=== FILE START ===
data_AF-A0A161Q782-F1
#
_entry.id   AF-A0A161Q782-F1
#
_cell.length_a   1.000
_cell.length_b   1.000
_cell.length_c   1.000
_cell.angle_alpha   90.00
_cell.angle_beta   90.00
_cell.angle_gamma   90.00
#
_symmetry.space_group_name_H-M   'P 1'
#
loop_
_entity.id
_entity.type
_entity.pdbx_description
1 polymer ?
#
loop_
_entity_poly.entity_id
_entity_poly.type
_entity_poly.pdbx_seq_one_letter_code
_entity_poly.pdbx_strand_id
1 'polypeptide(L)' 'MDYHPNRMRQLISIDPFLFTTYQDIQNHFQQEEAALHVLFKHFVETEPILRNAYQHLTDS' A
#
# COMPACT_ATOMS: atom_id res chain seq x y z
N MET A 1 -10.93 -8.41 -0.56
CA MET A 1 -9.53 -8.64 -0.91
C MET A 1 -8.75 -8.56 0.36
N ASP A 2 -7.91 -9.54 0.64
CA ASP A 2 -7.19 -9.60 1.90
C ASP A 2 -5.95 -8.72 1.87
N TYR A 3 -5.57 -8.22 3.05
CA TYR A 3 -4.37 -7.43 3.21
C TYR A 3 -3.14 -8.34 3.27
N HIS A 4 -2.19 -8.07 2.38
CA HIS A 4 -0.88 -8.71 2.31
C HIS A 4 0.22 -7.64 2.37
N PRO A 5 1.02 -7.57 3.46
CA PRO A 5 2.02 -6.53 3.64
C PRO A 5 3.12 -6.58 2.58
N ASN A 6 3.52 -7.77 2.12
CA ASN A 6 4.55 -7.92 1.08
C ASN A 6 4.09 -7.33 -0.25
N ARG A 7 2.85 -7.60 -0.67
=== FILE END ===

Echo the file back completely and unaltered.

data_AF-A0A161Q782-F1
#
_entry.id   AF-A0A161Q782-F1
#
_cell.length_a   1.000
_cell.length_b   1.000
_cell.length_c   1.000
_cell.angle_alpha   90.00
_cell.angle_beta   90.00
_cell.angle_gamma   90.00
#
_symmetry.space_group_name_H-M   'P 1'
#
loop_
_entity.id
_entity.type
_entity.pdbx_description
1 polymer ?
#
loop_
_entity_poly.entity_id
_entity_poly.type
_entity_poly.pdbx_seq_one_letter_code
_entity_poly.pdbx_strand_id
1 'polypeptide(L)' 'MDYHPNRMRQLISIDPFLFTTYQDIQNHFQQEEAALHVLFKHFVETEPILRNAYQHLTDS' A
#
# COMPACT_ATOMS: atom_id res chain seq x y z
N MET A 1 -10.93 -8.41 -0.56
CA MET A 1 -9.53 -8.64 -0.91
C MET A 1 -8.75 -8.56 0.36
N ASP A 2 -7.91 -9.54 0.64
CA ASP A 2 -7.19 -9.60 1.90
C ASP A 2 -5.95 -8.72 1.87
N TYR A 3 -5.57 -8.22 3.05
CA TYR A 3 -4.37 -7.43 3.21
C TYR A 3 -3.14 -8.34 3.27
N HIS A 4 -2.19 -8.07 2.38
CA HIS A 4 -0.88 -8.71 2.31
C HIS A 4 0.22 -7.64 2.37
N PRO A 5 1.02 -7.57 3.46
CA PRO A 5 2.02 -6.53 3.64
C PRO A 5 3.12 -6.58 2.58
N ASN A 6 3.52 -7.77 2.12
CA ASN A 6 4.55 -7.92 1.08
C ASN A 6 4.09 -7.33 -0.25
N ARG A 7 2.85 -7.60 -0.67